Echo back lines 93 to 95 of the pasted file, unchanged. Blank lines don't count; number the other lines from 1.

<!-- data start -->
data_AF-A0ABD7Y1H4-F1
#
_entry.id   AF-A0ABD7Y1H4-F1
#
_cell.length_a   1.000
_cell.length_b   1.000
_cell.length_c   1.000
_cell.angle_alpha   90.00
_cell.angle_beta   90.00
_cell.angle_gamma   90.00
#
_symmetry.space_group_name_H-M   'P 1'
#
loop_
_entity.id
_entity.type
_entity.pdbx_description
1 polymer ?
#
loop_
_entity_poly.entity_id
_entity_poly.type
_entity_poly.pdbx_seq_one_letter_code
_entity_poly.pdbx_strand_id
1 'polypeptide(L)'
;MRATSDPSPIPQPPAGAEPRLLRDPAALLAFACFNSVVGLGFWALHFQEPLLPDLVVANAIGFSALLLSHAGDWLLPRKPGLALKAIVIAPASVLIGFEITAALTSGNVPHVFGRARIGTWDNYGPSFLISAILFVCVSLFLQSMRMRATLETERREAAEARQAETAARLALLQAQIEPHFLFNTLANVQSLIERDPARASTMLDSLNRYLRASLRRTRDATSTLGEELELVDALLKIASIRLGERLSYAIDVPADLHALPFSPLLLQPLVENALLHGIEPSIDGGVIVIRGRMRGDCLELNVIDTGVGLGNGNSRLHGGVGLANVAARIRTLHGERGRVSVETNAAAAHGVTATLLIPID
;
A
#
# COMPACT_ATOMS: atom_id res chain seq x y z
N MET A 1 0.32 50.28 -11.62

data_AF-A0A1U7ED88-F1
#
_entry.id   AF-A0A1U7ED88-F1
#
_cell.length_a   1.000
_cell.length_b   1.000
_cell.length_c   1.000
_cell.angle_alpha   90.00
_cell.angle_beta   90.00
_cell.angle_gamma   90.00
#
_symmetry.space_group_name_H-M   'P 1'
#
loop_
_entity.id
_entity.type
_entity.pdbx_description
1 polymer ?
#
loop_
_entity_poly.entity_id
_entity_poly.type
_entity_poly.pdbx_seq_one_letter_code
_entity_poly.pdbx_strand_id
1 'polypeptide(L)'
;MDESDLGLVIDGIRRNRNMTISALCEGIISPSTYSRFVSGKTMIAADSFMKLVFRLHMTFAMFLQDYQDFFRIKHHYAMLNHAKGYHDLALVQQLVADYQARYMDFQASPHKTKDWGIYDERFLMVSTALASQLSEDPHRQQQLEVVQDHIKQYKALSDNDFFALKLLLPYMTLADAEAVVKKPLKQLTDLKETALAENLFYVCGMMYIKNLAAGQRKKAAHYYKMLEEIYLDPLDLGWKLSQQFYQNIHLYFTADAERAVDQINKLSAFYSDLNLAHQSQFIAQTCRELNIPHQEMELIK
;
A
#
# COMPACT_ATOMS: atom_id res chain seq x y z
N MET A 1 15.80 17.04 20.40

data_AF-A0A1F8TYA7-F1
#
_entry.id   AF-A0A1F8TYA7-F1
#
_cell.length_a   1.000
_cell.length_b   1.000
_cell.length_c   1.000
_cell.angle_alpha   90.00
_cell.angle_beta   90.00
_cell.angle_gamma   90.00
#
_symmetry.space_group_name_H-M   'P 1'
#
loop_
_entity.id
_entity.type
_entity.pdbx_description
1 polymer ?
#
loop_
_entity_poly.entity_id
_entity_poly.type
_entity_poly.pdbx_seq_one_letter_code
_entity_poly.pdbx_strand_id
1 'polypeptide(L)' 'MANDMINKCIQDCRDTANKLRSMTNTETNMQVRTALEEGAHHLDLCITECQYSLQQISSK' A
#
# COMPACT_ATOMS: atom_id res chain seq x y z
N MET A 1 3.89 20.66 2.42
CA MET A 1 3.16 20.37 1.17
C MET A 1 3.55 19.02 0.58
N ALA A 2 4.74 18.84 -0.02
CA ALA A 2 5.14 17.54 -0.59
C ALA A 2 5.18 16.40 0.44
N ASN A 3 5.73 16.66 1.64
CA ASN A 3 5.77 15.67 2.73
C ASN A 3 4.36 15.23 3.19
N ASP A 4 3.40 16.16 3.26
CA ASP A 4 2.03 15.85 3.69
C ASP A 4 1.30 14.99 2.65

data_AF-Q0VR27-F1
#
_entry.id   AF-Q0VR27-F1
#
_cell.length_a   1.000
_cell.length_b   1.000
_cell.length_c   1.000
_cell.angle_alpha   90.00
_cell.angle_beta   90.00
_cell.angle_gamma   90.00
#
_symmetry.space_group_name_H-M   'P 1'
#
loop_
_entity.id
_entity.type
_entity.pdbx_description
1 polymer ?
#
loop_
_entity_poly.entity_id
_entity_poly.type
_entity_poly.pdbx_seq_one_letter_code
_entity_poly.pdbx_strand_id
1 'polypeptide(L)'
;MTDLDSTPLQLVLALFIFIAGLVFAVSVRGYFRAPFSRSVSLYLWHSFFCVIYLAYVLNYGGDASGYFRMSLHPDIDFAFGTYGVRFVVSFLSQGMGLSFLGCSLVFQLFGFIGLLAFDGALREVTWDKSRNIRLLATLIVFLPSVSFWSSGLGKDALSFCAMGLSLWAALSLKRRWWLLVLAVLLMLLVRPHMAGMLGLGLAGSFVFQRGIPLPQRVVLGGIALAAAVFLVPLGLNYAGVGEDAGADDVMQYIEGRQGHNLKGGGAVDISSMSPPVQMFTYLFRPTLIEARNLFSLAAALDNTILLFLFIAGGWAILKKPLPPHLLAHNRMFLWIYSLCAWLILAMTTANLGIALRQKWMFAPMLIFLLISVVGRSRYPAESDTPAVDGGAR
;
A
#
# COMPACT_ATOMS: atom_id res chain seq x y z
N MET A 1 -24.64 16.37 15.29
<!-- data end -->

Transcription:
N ALA A 2 4.74 18.84 -0.02
CA ALA A 2 5.14 17.54 -0.59
C ALA A 2 5.18 16.40 0.44